more from J.L. Mackie

Single Idea 8335

[catalogued under 26. Natural Theory / C. Causation / 8. Particular Causation / c. Conditions of causation]

Full Idea

A necessary causal condition is closely related to a counterfactual conditional: if no-cause then no-effect, and a sufficient causal condition is closely related to a factual conditional (Goodman's phrase): since cause-here then effect.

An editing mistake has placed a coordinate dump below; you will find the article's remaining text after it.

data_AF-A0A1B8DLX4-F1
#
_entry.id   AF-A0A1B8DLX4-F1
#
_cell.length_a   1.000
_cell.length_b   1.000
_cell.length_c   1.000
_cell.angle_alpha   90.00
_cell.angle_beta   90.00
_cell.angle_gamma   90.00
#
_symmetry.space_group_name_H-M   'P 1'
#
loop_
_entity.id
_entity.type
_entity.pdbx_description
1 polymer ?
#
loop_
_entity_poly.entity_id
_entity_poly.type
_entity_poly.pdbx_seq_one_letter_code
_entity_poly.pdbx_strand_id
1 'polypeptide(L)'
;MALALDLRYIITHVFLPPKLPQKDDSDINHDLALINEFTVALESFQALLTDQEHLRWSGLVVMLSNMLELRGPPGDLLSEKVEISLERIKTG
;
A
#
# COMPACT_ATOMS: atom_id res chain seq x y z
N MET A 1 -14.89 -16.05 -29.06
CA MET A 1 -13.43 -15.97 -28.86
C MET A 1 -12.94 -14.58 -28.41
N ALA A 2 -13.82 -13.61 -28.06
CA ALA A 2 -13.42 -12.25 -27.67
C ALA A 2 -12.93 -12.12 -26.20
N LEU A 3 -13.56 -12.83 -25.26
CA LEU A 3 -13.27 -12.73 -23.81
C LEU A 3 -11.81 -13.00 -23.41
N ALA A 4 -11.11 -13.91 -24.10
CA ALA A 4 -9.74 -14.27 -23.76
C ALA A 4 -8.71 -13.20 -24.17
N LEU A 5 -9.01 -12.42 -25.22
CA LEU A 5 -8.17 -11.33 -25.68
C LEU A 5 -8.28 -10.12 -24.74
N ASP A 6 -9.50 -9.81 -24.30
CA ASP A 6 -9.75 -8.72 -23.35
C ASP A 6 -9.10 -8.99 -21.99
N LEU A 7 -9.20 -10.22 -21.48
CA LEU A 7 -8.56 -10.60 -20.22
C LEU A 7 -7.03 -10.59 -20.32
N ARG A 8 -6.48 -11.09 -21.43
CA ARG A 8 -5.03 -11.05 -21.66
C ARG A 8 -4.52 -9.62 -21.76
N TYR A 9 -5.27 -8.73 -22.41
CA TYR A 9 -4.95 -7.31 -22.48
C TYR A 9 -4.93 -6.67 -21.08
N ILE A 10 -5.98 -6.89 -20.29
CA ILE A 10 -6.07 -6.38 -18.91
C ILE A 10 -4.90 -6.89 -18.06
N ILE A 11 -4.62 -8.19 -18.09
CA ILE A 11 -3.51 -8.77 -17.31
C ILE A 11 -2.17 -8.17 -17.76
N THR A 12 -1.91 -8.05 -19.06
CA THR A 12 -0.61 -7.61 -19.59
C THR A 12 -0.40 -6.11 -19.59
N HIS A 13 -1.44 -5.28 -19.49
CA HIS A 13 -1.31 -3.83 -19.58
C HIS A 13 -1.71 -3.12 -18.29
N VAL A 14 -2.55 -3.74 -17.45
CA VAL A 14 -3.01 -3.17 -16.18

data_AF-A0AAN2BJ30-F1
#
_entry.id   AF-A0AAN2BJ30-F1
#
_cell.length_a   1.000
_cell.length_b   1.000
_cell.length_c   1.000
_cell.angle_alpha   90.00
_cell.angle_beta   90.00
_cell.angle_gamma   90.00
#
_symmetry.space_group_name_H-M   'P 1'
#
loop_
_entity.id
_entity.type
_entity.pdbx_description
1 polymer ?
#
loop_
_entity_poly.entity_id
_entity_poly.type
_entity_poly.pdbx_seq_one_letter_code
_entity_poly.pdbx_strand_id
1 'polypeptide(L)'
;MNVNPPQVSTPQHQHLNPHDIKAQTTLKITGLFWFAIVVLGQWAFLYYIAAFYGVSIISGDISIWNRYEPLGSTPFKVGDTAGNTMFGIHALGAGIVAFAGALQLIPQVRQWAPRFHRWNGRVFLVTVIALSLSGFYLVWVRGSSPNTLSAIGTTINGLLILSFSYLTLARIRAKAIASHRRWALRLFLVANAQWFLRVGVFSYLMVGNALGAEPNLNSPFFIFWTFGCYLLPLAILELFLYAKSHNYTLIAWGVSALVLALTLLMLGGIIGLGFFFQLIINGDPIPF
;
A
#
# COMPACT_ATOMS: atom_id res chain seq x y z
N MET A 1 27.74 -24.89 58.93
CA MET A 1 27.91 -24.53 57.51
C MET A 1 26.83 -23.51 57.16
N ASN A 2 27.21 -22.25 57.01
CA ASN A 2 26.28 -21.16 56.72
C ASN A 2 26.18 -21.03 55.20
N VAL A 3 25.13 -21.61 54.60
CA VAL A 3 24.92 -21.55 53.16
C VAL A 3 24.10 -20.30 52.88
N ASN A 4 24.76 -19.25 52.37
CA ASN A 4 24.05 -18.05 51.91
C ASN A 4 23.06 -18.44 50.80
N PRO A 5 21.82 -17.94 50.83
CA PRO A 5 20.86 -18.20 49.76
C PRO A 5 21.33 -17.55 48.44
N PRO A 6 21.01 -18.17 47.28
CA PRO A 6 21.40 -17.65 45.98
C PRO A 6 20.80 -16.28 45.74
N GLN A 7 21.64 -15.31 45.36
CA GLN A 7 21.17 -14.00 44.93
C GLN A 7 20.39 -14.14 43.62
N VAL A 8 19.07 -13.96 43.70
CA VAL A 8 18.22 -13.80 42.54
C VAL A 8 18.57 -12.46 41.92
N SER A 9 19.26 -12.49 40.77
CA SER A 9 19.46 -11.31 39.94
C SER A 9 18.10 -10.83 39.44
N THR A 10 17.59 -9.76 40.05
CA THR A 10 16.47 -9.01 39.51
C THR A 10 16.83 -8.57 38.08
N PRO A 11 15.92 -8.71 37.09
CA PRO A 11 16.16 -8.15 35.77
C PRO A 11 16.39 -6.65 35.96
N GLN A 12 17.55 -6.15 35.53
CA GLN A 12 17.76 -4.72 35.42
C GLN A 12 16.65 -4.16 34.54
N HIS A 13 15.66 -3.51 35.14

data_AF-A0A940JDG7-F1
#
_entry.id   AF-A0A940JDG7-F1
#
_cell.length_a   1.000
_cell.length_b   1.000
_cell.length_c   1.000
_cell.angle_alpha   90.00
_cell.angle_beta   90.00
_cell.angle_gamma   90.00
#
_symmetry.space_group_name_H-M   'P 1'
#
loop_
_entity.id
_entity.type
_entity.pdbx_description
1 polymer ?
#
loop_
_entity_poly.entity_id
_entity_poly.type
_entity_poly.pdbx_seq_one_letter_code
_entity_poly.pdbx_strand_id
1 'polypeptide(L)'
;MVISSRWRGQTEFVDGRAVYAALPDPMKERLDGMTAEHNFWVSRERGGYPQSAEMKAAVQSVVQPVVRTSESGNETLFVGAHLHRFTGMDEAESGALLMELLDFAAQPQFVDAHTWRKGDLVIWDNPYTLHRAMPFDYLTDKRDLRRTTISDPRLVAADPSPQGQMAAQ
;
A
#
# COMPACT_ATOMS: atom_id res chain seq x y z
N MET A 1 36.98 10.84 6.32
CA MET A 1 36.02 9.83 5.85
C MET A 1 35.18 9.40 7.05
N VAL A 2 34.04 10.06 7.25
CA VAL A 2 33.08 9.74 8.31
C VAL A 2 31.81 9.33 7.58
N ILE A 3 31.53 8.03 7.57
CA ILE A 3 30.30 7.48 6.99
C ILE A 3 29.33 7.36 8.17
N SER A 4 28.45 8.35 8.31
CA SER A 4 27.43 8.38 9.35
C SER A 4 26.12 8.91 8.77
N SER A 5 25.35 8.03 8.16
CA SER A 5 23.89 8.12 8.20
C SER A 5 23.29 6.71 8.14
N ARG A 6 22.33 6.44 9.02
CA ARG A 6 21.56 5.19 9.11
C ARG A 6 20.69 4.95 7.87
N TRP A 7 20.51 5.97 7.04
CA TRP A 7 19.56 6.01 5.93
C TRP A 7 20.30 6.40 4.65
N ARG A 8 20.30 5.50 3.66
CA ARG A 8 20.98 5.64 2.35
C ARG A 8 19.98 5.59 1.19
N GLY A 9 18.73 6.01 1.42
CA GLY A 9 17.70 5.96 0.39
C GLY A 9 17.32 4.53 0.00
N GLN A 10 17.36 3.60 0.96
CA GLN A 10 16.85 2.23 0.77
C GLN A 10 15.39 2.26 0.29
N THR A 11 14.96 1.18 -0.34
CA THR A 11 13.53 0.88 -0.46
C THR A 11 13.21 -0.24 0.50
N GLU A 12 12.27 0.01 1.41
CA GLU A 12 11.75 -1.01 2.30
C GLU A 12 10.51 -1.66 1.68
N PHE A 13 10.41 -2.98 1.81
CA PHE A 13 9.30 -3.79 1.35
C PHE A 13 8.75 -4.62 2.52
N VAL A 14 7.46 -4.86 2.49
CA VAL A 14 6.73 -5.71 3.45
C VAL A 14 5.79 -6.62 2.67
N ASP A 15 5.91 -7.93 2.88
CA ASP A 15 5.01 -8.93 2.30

Gist of Idea

Necessary conditions are like counterfactuals, and sufficient conditions are like factual conditionals

Source

J.L. Mackie (Causes and Conditions [1965], 4)

Book Reference

'Causation', ed/tr. Sosa,E. /Tooley,M. [OUP 1993], p.48


A Reaction

The 'factual conditional' just seems to be an assertion that causation occurred (dressed up with the logical-sounding 'since'). An important distinction for Lewis. Sufficiency doesn't seem to need possible-worlds talk.